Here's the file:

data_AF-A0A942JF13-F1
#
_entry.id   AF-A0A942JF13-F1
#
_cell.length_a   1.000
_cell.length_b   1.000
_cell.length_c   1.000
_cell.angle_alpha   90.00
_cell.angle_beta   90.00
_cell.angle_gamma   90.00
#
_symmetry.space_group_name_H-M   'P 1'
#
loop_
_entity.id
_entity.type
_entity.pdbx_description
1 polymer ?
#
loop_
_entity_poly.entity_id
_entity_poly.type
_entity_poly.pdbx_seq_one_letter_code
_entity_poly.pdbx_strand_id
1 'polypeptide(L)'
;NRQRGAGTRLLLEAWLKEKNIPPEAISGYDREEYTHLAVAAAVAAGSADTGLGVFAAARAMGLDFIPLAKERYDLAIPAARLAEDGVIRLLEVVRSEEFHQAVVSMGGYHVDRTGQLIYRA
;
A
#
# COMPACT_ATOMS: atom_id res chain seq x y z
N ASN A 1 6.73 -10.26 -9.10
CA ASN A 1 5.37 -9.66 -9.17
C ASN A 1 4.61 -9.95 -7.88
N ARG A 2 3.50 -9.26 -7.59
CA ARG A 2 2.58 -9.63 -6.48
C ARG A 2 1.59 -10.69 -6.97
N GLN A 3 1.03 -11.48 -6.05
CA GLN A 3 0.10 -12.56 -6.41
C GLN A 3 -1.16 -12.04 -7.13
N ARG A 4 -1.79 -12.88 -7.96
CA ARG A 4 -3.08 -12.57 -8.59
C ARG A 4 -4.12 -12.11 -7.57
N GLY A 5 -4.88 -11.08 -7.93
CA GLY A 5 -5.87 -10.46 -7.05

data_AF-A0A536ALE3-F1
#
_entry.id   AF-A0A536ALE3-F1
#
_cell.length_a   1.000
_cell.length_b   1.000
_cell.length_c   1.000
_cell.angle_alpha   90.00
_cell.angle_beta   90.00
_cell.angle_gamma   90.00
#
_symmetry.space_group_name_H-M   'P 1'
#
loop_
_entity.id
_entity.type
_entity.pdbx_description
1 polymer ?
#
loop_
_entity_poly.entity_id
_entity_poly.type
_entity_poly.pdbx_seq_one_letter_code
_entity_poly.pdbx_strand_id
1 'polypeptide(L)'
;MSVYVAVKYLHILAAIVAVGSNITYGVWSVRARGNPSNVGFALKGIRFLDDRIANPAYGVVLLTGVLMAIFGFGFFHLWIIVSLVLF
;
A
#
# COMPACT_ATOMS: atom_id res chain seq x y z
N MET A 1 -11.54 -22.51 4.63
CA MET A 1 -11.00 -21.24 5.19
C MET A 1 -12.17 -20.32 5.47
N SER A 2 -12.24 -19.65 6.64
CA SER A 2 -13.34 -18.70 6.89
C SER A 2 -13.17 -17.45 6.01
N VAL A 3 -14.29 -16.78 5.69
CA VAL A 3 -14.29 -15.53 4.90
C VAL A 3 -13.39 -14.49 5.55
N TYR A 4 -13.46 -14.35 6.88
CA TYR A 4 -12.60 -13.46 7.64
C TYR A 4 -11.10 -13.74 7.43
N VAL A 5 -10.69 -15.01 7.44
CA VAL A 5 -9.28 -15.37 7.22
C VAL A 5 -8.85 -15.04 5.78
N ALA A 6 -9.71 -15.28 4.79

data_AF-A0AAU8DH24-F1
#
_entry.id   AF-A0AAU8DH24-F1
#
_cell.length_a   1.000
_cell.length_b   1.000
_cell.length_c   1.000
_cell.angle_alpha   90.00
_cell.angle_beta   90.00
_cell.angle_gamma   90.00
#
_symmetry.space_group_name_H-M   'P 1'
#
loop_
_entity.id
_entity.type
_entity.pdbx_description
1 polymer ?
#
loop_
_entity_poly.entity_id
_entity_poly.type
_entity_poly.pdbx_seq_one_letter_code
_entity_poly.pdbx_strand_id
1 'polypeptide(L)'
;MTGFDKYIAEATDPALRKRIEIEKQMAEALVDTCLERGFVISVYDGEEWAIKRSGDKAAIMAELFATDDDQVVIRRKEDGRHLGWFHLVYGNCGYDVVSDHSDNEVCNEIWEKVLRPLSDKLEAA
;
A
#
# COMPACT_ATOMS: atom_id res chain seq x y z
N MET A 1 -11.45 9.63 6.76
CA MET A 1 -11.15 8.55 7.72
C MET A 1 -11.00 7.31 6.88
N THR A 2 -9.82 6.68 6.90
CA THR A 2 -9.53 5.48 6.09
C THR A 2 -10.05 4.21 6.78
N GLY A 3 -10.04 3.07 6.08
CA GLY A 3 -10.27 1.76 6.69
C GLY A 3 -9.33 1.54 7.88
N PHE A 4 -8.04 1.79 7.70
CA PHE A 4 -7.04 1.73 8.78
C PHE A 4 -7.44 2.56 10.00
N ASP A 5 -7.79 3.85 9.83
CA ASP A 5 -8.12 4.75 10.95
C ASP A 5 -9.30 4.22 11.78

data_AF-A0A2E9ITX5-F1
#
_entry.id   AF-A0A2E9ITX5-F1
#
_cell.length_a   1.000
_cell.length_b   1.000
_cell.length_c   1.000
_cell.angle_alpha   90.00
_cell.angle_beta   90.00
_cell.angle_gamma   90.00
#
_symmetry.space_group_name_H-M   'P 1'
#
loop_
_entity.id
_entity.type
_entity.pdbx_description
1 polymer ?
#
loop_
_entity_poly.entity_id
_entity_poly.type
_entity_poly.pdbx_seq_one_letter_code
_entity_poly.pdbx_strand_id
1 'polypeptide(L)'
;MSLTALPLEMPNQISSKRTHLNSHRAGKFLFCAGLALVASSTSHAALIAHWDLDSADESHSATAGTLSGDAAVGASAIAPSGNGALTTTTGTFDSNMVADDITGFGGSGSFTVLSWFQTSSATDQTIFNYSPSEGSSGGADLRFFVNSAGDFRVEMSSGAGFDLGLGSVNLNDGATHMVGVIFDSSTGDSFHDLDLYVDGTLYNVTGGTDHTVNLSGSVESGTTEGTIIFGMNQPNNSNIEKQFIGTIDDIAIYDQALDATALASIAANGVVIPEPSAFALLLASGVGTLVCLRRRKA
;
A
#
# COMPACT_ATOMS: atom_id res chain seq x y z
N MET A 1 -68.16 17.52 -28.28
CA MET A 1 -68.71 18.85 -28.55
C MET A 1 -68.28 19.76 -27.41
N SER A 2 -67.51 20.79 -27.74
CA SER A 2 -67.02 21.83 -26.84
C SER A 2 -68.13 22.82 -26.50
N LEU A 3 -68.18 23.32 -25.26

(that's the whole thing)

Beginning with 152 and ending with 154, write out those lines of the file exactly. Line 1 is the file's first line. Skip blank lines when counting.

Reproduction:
_entity.pdbx_description
1 polymer ?
#